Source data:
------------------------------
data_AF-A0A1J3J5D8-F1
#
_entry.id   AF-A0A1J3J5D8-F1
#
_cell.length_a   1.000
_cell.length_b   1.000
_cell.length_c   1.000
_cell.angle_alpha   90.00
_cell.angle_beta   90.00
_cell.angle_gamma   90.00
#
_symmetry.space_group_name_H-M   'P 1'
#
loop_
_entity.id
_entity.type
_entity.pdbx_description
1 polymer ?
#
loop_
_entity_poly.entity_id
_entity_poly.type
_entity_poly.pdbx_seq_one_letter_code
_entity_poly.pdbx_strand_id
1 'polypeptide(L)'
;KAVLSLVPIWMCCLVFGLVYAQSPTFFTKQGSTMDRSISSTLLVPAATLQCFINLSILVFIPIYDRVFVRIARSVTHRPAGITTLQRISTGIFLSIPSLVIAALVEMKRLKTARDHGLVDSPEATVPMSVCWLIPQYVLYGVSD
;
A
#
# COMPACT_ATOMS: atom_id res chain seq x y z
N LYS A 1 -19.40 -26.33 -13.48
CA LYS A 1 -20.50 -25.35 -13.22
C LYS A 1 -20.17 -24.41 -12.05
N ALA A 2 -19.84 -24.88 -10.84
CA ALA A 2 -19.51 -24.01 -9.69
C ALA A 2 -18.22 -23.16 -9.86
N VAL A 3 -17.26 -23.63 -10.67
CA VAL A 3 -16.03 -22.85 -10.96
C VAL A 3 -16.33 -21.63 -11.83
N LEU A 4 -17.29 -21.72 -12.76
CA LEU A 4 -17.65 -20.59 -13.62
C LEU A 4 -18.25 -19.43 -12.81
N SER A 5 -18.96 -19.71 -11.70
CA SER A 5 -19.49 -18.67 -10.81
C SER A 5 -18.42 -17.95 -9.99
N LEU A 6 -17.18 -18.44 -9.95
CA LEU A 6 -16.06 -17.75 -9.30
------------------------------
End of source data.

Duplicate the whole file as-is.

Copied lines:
data_AF-A0A1J3J5D8-F1
#
_entry.id   AF-A0A1J3J5D8-F1
#
_cell.length_a   1.000
_cell.length_b   1.000
_cell.length_c   1.000
_cell.angle_alpha   90.00
_cell.angle_beta   90.00
_cell.angle_gamma   90.00
#
_symmetry.space_group_name_H-M   'P 1'
#
loop_
_entity.id
_entity.type
_entity.pdbx_description
1 polymer ?
#
loop_
_entity_poly.entity_id
_entity_poly.type
_entity_poly.pdbx_seq_one_letter_code
_entity_poly.pdbx_strand_id
1 'polypeptide(L)'
;KAVLSLVPIWMCCLVFGLVYAQSPTFFTKQGSTMDRSISSTLLVPAATLQCFINLSILVFIPIYDRVFVRIARSVTHRPAGITTLQRISTGIFLSIPSLVIAALVEMKRLKTARDHGLVDSPEATVPMSVCWLIPQYVLYGVSD
;
A
#
# COMPACT_ATOMS: atom_id res chain seq x y z
N LYS A 1 -19.40 -26.33 -13.48
CA LYS A 1 -20.50 -25.35 -13.22
C LYS A 1 -20.17 -24.41 -12.05
N ALA A 2 -19.84 -24.88 -10.84
CA ALA A 2 -19.51 -24.01 -9.69
C ALA A 2 -18.22 -23.16 -9.86
N VAL A 3 -17.26 -23.63 -10.67
CA VAL A 3 -16.03 -22.85 -10.96
C VAL A 3 -16.33 -21.63 -11.83
N LEU A 4 -17.29 -21.72 -12.76
CA LEU A 4 -17.65 -20.59 -13.62
C LEU A 4 -18.25 -19.43 -12.81
N SER A 5 -18.96 -19.71 -11.70
CA SER A 5 -19.49 -18.67 -10.81
C SER A 5 -18.42 -17.95 -9.99
N LEU A 6 -17.18 -18.44 -9.95
CA LEU A 6 -16.06 -17.75 -9.30